School Choice Lets Donors Buy Grades

Here’s a fun news story for the School Choice, TEA Party Extravaganza Awards show to discuss tomorrow night in Billings: how political contributions and pressure are already compromising some of the nation’s school choice efforts.

The AP is reporting that, in Indiana, the commitment to excellence in school choice was far less important than the commitment to satisfying Republican donors:

Former Indiana and current Florida schools chief Tony Bennett built his national star by promising to hold “failing” schools accountable. But when it appeared an Indianapolis charter school run by a prominent Republican donor might receive a poor grade, Bennett’s education team frantically overhauled his signature “A-F” school grading system to improve the school’s marks.

Emails obtained by The Associated Press show Bennett and his staff scrambled last fall to ensure influential donor Christel DeHaan’s school received an “A,” despite poor test scores in algebra that initially earned it a “C.”

If you’re unfamiliar with the grading system, it’s been a large component of the “choice movement.” Schools are graded by state or local agencies–most often for the purpose of punishing school officials and/or teachers who are called failing.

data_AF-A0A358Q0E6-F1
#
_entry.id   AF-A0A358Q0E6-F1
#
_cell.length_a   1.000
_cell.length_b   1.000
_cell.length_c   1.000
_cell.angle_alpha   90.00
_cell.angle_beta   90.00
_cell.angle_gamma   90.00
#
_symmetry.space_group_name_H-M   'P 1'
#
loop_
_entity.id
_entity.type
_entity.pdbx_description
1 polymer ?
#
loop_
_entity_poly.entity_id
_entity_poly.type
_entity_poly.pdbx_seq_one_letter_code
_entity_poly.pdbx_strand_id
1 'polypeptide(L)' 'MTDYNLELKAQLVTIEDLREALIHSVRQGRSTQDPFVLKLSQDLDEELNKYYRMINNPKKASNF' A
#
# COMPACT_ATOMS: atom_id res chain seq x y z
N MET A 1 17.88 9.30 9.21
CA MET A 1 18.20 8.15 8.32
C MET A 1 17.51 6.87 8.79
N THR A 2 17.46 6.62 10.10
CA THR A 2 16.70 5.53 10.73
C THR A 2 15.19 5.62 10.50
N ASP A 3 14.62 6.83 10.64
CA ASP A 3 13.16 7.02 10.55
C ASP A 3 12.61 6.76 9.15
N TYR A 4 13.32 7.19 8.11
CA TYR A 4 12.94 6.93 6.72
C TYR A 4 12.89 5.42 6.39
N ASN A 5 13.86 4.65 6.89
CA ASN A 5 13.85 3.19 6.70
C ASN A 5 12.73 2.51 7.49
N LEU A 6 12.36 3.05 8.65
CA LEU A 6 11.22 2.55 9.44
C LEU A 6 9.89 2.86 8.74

Let’s just say no school in a poor district with unique hardships probably had its grade revisited.

It’s probably entirely unsurprisingly that Bennett, who was intimately involved in the discussion to change the school’s grade, moved on to Florida to develop a grading system for schools there after losing his re-election bid in 2012. He was also named the Alliance for School Choice’s Champion for School Choice in 2012. Oops.

It’s bad enough that corporate interests are pushing school choice models so that they can monetize education as well as they have our prisons, but now they’re gaming the system after imposing evaluations systems already stacked against public schools.

Perhaps someone should ask Dave Lewis (R-Helena) and Greg Gianforte, Steve Daines former boss, how they feel about corporate politics in our schools at tomorrow’s event.